HARARE - Zimbabwe police Sunday clashed with vendors who were resisting being removed from streets as part of the country's efforts to fight the cholera outbreak, which has claimed more than two dozen lives in the past two weeks.
Vendors were alerting each other of armed riot police and municipality officials coming to confiscate their wares Sunday in Harare. As soon as police officials left, the vendors would resume their business.
One of them is 34-year-old Maria Mange, a mother who three children who says unless she gets employed, she will remain selling vegetables and fruits in Harare's CBD.
"I am refusing to leave the streets on the basis that we cause the spread of cholera,' she said. 'Our wares are cleaned or boiled before being consumed. It is dirty water which causes cholera, their failure to collect refuse, plus flowing sewage in the streets and blocked sewer pipes. Why concentrate on vendors and not criminals?"
Vendors in Harare say they not leave their business as they have no other sources of income with Zimbabwe's unemployment rate said to be around 85 percent.
Another vendor is Ronald Takura who says he has to find a way to make a livliehood.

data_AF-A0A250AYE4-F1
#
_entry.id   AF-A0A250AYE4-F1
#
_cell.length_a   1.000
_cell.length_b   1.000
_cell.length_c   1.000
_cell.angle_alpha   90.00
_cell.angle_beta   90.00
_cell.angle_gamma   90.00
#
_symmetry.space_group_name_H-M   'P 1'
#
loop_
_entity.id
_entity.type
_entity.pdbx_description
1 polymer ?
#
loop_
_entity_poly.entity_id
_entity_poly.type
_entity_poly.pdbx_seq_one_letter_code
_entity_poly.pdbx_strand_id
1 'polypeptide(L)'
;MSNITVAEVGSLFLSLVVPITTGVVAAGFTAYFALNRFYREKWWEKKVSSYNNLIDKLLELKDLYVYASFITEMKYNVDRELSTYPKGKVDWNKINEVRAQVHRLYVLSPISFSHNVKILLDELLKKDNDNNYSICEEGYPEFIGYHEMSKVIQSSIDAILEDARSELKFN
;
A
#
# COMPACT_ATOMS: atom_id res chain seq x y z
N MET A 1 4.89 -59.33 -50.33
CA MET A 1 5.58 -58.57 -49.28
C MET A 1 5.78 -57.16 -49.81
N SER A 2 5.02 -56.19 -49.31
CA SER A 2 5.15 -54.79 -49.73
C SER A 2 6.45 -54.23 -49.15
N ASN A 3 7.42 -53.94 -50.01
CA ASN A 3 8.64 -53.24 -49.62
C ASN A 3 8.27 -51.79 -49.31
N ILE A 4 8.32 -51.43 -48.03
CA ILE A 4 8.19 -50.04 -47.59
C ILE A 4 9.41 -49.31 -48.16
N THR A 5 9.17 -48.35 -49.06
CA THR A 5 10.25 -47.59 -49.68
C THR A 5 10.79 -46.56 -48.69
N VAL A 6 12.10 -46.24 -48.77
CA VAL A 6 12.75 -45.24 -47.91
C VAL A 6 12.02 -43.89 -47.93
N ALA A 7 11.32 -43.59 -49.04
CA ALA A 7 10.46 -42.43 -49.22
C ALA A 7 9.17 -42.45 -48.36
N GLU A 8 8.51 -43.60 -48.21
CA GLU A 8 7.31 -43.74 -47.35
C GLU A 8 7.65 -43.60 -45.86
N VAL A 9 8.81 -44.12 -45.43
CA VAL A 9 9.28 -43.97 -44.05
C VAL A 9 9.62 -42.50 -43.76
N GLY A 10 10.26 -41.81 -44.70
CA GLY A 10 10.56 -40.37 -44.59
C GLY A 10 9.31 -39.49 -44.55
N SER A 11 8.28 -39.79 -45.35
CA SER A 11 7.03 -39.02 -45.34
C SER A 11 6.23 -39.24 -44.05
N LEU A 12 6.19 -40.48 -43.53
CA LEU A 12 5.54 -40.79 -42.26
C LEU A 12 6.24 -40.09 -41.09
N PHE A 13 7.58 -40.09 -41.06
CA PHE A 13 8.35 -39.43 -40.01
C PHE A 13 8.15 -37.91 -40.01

"No, vendors are not causing the cholera. You are disturbing [our] search for money in our country,' he said. 'I do not have a job and I do not have work to do. So do not send us out. I do not understand what is happening in this city. E.D. Mnangagwa, we supported, we do not see what he is doing for us."
He adds in Shona language, Zimbabweans voted for President Emmerson Mnangagwa in the July 30th elections, but he is not supporting the vendors.
But Zimbabwe's minister of health, Obediah Moyo, says there is no going back.
Obediah Moyo Zimbabwe's minister of health says there is no going back on vendors in streets, in Harare, Sept. 2018.
'The issue of food vending is another issue, we all agreed that has to stop, especially in the area of epicenter [of the epidemic], that the police are helping us to stop the vending of food," he said.
Zimbabwe's cholera outbreak has since spread to several parts of the country from its epicenter in Harare's densely populated suburbs.
In Zimbabwe trash can go for days or weeks without being collected which experts is one of the factors for spreading cholera outbreak in Harare, Sept. 16, 2018.
International organizations such as UNICEF, WHO, and MSF have since moved in with assistance. But critics say the long-term solution is improving water supply, sanitation and regular waste collection by Zimbabwean authorities.
A cholera outbreak is the second since a 2008-09 epidemic claimed almost 5,000 lives.